I read the AMA's decision at several levels. First, it's an admission that as a nation we're losing the "war against obesity." Second, as several of the previous posts have stated, it portrays obesity as a disease, to be cured through the usual methods of modern western medicine. Expect an expensive search for a magic bullet "cure" for obesity (think cancer) with lots of celebrity and public fundraisers (think cancer again. I wonder what color ribbon they will pick), mixed with lots of traditional diet and exercise advice. Third, also as previously noted, this misses the base causes for obesity, which to me seem to be: outdated/wrongheaded dietary advice; generally poor cultural eating habits; and an industrial food production/distribution system which makes eating healthily very hard even for those with sufficient knowledge and resources and almost impossible for the majority of the populace which lacks these assets. So - while the additional attention that doctors will have to give to this is a plus, unless, as Birgit and Woubbie have just posted, we change our basic paradigms about how we understand the connection between nutrition, diet, and health, I fear we won't make much progress. One silver lining is that the increased costs to insurance companies might drive market forces to find more effective solutions, including "alternative" approaches to diet/nutrition?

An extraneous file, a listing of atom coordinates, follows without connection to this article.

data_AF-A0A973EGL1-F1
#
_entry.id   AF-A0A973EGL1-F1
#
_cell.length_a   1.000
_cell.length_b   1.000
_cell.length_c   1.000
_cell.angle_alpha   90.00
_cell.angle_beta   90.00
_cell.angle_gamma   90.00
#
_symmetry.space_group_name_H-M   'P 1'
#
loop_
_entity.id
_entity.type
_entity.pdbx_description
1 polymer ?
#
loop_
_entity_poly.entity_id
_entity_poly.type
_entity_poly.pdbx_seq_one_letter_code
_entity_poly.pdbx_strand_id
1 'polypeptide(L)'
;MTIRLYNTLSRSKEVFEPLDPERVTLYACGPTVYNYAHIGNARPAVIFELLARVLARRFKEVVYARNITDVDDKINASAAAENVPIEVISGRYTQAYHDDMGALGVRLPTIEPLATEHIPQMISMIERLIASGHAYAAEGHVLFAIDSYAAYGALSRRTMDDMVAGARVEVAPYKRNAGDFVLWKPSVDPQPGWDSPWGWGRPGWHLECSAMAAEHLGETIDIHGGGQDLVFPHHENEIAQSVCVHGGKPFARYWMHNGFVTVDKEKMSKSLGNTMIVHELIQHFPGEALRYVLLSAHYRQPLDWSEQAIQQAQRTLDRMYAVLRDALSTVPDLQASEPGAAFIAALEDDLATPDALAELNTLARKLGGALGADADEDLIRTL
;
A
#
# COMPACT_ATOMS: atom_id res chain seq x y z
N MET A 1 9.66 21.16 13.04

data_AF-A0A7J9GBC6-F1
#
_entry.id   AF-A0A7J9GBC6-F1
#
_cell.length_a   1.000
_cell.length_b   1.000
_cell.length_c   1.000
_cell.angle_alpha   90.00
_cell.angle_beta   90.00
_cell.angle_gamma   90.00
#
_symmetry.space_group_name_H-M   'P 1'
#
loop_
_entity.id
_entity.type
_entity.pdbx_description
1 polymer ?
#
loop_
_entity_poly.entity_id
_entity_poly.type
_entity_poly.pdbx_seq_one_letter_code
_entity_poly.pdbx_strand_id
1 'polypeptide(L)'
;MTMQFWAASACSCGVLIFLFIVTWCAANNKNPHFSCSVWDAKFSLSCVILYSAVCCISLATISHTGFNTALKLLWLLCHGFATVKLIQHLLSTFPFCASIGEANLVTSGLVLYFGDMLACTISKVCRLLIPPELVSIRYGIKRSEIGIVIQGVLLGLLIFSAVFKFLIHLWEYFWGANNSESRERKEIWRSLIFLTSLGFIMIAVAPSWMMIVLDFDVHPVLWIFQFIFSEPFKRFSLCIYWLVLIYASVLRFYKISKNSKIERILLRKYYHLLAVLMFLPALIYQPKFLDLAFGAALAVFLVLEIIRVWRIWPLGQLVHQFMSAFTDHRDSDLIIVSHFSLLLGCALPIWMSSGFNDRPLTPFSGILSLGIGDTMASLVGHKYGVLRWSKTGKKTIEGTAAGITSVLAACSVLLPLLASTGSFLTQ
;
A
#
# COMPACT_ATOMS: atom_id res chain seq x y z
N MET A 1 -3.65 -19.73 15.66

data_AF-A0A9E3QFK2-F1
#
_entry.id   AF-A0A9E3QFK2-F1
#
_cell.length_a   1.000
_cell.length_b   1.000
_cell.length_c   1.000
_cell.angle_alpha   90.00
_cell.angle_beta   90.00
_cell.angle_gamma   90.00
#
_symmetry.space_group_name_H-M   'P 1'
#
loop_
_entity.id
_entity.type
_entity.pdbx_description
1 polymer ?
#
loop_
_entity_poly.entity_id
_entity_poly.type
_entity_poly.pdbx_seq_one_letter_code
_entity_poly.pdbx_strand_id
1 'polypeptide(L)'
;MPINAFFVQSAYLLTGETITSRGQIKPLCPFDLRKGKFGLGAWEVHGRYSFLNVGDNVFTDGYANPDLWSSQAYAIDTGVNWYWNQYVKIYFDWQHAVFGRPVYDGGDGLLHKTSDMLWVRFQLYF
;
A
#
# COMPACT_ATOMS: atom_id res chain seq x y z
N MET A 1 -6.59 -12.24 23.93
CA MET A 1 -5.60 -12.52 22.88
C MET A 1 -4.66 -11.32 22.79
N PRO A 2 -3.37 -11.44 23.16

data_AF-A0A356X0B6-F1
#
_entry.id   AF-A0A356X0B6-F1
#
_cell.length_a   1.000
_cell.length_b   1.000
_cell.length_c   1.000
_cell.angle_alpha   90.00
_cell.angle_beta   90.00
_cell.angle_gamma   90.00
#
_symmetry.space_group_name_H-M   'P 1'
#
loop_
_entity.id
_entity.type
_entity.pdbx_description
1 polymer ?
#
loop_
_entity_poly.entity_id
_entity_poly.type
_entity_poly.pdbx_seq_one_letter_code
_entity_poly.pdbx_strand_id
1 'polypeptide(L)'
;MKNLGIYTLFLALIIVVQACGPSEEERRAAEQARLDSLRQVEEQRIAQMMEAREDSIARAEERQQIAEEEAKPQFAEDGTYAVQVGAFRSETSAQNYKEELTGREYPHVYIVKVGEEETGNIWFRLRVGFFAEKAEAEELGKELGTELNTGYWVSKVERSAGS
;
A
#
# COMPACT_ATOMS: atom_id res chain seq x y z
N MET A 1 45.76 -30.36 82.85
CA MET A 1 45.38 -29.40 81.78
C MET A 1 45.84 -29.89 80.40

5-K: 22:49 (2007)
10-K: 46:50 (2012)
8-mile trail run (2013): 1:19:26
Half-Marathon: 1:49:28 (2013)